Pema Chodron

Pema Chödrön was born Deirdre Blomfield-Brown in 1936, in New York City. She attended Miss Porter’s School in Connecticut and graduated from the University of California at Berkeley. She taught as an elementary school teacher for many years in both New Mexico and California. Pema has two children and three grandchildren.

While in her mid-thirties, Pema traveled to the French Alps and encountered Lama Chime Rinpoche, with whom she studied for several years. She became a novice nun in 1974 while studying with Lama Chime in London. His Holiness the Sixteenth Karmapa came to England at that time, and Pema received her ordination from him.

Pema first met her root teacher, Chögyam Trungpa Rinpoche, in 1972. Lama Chime encouraged her to work with Rinpoche, and it was with him that she ultimately made her most profound connection, studying with him from 1974 until his death in 1987. At the request of the Sixteenth Karmapa, she received the full monastic ordination in the Chinese lineage of Buddhism in 1981 in Hong Kong.

Pema served as the director of Karma Dzong, in Boulder, until moving in 1984 to rural Cape Breton, Nova Scotia to be the director of Gampo Abbey. Chögyam Trungpa Rinpoche asked her to work towards the establishment of a monastery for western monks and nuns.

Pema currently teaches in the United States and Canada and plans for an increased amount of time in solitary retreat under the guidance of Venerable Dzigar Kongtrul Rinpoche.

Pema is interested in helping establish the monastic tradition in the West, as well in continuing her work with Buddhists of all traditions, sharing ideas and teachings. She has written several books: “The Wisdom of No Escape”, “Start Where You Are”, “When Things Fall Apart”, “The Places that Scare You”, “No Time to Lose” and “Practicing Peace in Times of War”, and most recently, “Smile at Fear”. All are available from Shambhala Publications.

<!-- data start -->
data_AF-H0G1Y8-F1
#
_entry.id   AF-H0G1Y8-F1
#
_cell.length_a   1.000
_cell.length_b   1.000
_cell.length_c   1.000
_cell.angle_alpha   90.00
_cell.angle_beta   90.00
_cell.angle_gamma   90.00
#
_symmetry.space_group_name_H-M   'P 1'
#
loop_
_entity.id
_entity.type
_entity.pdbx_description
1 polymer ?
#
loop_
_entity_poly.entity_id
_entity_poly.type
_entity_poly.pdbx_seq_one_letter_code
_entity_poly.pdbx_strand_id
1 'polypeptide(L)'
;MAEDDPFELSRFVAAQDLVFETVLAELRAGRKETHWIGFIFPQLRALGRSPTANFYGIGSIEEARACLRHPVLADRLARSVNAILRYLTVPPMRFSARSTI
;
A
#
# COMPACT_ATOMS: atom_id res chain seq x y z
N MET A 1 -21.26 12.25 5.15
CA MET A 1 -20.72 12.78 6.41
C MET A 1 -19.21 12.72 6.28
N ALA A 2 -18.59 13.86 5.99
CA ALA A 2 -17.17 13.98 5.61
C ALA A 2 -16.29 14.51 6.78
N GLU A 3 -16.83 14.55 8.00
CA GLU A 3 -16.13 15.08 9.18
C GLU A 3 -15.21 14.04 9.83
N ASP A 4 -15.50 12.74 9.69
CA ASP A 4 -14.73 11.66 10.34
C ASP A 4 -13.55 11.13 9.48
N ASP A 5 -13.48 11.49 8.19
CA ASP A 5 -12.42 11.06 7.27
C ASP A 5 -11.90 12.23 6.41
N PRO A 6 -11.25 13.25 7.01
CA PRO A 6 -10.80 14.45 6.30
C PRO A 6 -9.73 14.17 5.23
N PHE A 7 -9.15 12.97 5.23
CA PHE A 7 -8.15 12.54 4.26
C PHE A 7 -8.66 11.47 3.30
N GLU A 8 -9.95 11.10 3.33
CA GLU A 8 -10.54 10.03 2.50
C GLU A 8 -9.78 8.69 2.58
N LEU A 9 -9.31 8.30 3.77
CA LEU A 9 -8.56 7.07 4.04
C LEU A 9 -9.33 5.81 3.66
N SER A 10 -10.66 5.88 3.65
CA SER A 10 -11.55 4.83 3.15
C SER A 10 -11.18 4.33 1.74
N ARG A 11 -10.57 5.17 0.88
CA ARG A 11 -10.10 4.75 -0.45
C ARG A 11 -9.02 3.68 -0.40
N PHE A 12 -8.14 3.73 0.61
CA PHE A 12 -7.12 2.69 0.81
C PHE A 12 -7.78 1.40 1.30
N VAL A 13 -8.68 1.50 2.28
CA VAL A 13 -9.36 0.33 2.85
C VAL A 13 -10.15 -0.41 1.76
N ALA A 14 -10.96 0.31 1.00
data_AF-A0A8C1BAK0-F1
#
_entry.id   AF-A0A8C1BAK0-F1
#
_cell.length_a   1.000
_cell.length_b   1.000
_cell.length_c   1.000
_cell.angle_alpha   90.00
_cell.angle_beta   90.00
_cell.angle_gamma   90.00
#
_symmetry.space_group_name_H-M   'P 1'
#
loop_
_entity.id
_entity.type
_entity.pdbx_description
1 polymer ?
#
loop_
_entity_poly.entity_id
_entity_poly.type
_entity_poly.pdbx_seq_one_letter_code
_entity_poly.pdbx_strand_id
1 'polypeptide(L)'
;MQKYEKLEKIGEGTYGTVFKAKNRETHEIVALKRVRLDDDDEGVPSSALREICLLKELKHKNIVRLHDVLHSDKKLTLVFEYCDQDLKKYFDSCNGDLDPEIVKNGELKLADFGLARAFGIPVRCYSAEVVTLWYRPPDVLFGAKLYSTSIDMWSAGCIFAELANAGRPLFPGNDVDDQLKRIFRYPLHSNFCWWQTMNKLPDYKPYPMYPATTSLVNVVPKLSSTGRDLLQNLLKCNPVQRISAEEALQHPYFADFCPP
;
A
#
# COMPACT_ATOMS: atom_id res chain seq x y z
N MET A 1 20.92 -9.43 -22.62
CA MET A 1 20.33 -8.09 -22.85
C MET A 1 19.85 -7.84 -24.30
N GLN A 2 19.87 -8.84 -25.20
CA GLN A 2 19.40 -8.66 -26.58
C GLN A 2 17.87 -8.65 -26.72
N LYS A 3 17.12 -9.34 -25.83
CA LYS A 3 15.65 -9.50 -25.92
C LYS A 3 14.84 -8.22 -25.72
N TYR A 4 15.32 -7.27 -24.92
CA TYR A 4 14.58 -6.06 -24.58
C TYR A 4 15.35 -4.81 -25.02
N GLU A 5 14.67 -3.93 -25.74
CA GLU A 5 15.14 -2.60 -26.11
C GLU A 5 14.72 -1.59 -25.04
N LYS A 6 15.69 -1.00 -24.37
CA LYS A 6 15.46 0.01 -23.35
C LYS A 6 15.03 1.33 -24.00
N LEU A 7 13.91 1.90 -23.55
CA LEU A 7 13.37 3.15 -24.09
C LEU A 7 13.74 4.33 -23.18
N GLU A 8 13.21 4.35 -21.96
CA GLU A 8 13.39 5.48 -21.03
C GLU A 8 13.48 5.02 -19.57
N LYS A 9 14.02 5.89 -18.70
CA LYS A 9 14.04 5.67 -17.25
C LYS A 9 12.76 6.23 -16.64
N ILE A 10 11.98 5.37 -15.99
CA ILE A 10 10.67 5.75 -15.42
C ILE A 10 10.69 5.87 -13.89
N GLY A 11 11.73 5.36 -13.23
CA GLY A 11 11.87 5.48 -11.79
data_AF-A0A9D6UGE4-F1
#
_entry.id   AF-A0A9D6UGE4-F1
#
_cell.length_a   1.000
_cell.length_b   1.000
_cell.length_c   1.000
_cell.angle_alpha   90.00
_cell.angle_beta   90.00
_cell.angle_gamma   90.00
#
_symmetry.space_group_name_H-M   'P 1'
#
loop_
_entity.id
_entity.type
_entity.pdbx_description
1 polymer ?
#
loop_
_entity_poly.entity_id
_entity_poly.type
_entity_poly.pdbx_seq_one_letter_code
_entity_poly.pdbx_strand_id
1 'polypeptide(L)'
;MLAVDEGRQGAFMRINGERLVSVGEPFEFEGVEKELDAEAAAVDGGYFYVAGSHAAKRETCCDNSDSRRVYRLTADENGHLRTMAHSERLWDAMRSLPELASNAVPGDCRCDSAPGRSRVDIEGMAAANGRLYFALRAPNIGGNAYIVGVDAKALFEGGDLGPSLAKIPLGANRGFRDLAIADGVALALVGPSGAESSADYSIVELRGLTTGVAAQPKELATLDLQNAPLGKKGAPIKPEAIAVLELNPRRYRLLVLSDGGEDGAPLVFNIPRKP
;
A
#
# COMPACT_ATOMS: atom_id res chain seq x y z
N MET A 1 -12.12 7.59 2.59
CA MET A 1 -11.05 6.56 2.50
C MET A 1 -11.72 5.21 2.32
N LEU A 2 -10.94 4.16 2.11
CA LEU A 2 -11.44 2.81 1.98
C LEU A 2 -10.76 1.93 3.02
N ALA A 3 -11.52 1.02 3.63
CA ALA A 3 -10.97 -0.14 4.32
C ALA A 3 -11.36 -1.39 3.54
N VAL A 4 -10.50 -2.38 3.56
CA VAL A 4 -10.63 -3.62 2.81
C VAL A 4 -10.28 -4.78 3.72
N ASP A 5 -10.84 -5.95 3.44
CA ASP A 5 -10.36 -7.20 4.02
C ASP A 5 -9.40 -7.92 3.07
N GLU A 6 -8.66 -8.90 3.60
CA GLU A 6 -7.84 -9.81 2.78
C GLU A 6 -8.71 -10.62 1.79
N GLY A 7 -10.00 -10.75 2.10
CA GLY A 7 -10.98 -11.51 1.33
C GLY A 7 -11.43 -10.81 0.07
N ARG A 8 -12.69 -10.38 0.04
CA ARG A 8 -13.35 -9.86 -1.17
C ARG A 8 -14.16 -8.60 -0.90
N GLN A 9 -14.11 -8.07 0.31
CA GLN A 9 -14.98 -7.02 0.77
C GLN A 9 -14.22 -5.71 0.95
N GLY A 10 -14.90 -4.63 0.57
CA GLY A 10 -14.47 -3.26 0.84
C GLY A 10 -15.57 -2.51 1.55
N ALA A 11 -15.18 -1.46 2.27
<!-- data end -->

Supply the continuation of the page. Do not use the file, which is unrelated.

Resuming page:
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Simple Reminders by Pema Chodron

Amazing Quotes by Pema Chodron

If we learn to open our hearts, anyone, including the people who drive us crazy, can be our teacher. ~Pema Chodron (4)

Fear is a natural reaction to moving closer to the truth. ~Pema Chodron (47)

The most difficult times for many of us are the ones we give ourselves. ~Pema Chodron (33)

The most fundamental aggression to ourselves, the most fundamental harm we can do to ourselves, is to remain ignorant by not having the courage and the respect to look at ourselves honestly and gently. ~Pema Chodron (-75)

Rather than letting our negativity get the better of us, we could acknowledge that right now we feel like a piece of shit and not be squeamish about taking a good look. ~Pema Chodron (-42)

To be fully alive, fully human, and completely awake is to be continually thrown out of the nest. ~Pema Chodron (7)

When you open yourself to the continually changing, impermanent, dynamic nature of your own being and of reality, you increase your capacity to love and care about other people and your capacity to not be afraid. ~Pema Chodron (-86)

As long as our orientation is toward perfection or success, we will never learn about unconditional friendship with ourselves, nor will we find compassion. ~Pema Chodron (-30)

The greatest obstacle to connecting with our joy is resentment. ~Pema Chodron (41)

The truth you believe and cling to makes you unavailable to hear anything new. ~Pema Chodron (26)

We work on ourselves in order to help others, but also we help others in order to work on ourselves. ~Pema Chodron (4)

Nothing ever goes away until it has taught us what we need to know. ~Pema Chodron (37)

Gloriousness and wretchedness need each other. One inspires us, the other softens us. ~Pema Chodron (19)

When we scratch the wound and give into our addictions we do not allow the wound to heal. ~Pema Chodron (15)

It isn't the things that happen to us in our lives that cause us to suffer, it's how we relate to the things that happen to us that causes us to suffer. ~Pema Chodron (-26)

A further sign of health is that we don't become undone by fear and trembling, but we take it as a message that it's time to stop struggling and look directly at what's threatening us. ~Pema Chodron (-58)